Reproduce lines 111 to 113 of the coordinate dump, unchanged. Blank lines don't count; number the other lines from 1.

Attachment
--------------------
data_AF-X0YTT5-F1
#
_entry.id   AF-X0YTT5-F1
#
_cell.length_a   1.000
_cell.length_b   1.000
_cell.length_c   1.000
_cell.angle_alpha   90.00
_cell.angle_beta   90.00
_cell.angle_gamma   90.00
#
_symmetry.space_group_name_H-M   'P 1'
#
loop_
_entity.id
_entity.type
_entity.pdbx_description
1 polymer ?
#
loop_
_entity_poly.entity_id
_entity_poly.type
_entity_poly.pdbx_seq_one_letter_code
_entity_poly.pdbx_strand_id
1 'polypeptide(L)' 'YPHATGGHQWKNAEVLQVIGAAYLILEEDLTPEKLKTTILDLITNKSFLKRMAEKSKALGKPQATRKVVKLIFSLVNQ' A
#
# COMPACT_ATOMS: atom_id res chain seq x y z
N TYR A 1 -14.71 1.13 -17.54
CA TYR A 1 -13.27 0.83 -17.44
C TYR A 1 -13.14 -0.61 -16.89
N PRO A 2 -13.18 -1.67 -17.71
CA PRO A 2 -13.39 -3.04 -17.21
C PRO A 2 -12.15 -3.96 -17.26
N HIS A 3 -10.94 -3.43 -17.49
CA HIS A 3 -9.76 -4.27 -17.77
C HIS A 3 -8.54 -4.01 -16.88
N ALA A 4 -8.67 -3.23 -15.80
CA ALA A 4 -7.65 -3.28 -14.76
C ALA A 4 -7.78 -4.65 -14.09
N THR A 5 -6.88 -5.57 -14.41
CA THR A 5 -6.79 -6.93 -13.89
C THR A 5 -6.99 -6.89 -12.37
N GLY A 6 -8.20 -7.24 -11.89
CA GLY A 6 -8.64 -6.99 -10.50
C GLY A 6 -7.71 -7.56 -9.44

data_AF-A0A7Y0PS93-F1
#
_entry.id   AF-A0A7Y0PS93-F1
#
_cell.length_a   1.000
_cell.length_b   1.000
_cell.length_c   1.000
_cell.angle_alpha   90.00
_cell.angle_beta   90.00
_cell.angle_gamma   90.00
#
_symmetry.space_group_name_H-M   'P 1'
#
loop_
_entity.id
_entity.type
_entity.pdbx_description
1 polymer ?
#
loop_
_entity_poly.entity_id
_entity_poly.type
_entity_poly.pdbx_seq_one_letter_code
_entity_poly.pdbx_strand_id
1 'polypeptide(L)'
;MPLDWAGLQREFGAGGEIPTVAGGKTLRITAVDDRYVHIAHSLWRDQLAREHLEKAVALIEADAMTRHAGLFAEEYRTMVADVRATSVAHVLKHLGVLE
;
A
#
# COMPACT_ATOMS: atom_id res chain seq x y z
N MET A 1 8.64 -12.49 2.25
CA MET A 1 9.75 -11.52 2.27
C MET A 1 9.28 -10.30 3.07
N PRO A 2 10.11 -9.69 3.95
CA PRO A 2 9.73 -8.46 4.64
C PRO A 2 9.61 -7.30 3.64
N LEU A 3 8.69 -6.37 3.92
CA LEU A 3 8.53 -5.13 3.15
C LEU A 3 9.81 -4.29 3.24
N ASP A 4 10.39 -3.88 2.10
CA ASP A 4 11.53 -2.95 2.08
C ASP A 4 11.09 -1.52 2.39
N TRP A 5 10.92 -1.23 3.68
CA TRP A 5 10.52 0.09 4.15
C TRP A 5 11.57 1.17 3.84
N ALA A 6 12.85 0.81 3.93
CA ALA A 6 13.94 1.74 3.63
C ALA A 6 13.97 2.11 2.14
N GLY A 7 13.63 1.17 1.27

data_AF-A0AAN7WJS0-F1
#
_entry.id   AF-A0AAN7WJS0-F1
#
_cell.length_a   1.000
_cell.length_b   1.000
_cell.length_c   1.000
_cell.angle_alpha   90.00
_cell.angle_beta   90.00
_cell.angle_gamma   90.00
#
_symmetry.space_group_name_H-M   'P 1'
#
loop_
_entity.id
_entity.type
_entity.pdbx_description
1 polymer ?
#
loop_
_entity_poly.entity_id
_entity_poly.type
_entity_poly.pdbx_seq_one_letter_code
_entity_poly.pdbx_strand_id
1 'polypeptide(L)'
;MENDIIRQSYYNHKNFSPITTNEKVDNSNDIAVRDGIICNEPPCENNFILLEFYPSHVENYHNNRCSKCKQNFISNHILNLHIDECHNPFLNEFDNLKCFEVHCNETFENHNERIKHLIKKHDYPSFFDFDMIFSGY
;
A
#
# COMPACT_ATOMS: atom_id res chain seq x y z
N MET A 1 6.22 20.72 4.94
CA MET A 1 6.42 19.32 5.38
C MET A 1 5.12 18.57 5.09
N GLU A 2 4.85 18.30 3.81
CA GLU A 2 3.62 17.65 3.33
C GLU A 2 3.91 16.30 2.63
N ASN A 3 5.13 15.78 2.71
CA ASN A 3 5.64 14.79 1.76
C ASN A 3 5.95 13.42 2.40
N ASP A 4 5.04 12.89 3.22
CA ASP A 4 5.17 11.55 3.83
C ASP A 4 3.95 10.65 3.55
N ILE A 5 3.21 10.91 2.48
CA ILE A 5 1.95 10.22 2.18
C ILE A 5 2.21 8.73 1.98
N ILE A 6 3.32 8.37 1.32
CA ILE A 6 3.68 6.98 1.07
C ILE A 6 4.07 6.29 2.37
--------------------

_entity.pdbx_description
1 polymer ?
#